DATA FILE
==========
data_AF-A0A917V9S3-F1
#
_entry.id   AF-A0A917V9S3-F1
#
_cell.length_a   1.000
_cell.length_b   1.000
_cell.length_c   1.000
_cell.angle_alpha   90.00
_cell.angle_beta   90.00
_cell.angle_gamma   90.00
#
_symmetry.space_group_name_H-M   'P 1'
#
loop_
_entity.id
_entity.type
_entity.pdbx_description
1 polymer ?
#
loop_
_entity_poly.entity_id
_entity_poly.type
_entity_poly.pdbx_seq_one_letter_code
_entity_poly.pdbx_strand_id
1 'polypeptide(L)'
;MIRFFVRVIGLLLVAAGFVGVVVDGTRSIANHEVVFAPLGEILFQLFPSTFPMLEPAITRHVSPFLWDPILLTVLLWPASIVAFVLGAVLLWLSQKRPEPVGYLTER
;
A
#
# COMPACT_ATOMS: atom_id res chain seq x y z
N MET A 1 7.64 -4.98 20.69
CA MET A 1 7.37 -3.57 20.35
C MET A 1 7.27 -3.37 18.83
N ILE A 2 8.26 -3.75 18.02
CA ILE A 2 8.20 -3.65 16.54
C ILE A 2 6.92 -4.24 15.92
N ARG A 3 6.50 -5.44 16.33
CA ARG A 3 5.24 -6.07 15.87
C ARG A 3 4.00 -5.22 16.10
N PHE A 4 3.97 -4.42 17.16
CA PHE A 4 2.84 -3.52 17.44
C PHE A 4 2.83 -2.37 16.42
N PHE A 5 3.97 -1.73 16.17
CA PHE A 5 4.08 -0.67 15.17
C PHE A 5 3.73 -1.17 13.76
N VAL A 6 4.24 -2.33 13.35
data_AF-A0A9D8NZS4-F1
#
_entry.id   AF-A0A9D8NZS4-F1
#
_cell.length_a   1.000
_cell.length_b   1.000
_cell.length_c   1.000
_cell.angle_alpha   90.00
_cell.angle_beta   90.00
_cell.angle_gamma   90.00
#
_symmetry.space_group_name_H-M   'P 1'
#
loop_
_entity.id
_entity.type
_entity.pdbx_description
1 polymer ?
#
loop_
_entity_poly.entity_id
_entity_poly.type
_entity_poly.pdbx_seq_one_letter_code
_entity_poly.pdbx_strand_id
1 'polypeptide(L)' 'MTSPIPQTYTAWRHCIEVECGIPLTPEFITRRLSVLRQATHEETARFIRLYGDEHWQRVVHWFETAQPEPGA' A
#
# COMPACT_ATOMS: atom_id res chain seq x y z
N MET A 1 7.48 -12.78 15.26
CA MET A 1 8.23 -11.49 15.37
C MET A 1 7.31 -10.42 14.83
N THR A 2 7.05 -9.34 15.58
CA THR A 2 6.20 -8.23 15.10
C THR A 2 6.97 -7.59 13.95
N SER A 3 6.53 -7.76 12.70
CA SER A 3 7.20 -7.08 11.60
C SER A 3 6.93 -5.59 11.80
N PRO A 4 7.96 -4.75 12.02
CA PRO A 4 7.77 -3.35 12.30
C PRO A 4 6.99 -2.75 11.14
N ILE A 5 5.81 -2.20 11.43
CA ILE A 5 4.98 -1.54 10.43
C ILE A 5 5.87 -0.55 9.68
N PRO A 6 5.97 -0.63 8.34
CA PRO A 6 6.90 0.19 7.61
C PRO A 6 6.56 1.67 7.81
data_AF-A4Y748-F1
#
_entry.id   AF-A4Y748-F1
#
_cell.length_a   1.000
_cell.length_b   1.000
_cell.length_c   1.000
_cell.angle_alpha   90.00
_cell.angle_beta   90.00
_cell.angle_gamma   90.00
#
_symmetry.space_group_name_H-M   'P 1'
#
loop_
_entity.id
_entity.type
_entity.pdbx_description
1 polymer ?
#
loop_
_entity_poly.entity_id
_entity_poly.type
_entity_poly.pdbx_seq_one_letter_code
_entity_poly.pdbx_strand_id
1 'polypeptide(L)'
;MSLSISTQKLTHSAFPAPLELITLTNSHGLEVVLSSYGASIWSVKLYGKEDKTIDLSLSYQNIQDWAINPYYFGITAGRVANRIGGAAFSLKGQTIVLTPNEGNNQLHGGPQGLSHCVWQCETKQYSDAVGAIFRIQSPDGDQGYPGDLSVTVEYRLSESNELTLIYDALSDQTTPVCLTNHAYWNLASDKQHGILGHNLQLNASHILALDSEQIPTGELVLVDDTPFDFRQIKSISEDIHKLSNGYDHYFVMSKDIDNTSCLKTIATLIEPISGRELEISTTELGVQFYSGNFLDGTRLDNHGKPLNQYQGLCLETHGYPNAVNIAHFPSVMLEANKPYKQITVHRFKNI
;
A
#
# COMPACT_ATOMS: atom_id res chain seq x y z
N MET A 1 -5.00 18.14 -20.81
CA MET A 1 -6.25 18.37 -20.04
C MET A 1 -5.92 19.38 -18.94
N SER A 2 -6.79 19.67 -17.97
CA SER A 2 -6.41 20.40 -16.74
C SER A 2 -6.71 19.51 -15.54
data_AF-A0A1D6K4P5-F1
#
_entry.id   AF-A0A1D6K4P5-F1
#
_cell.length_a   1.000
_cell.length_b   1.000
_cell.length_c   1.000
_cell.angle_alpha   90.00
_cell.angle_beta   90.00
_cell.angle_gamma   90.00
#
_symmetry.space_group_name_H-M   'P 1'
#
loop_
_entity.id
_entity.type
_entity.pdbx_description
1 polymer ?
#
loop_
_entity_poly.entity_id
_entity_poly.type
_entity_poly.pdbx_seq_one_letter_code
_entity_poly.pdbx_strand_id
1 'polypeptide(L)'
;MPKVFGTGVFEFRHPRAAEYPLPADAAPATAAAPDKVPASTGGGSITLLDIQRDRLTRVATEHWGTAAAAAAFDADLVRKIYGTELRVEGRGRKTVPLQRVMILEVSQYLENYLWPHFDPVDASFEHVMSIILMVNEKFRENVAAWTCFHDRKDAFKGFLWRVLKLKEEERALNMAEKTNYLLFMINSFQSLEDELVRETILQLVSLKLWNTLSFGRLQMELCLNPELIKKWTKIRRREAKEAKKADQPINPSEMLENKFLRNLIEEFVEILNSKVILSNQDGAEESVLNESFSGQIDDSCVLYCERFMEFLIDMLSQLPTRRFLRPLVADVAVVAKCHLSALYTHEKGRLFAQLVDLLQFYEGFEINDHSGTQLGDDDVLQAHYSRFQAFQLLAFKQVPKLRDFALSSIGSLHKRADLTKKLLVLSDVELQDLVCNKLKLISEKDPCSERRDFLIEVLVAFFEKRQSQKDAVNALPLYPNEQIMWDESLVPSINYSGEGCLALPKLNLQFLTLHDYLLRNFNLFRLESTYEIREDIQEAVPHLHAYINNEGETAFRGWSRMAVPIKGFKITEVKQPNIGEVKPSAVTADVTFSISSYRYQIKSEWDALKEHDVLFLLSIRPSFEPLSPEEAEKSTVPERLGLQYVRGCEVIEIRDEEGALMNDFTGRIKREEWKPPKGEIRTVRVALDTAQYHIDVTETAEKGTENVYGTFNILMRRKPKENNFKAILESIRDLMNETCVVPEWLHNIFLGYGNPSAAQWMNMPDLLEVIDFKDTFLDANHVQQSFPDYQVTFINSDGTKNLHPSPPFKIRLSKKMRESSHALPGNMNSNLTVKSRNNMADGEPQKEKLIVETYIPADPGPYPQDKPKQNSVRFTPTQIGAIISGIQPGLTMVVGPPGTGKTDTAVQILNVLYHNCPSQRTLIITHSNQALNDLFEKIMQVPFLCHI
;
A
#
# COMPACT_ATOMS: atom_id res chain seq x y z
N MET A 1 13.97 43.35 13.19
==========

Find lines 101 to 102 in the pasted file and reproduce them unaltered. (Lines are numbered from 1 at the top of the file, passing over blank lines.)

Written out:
_cell.angle_gamma   90.00
#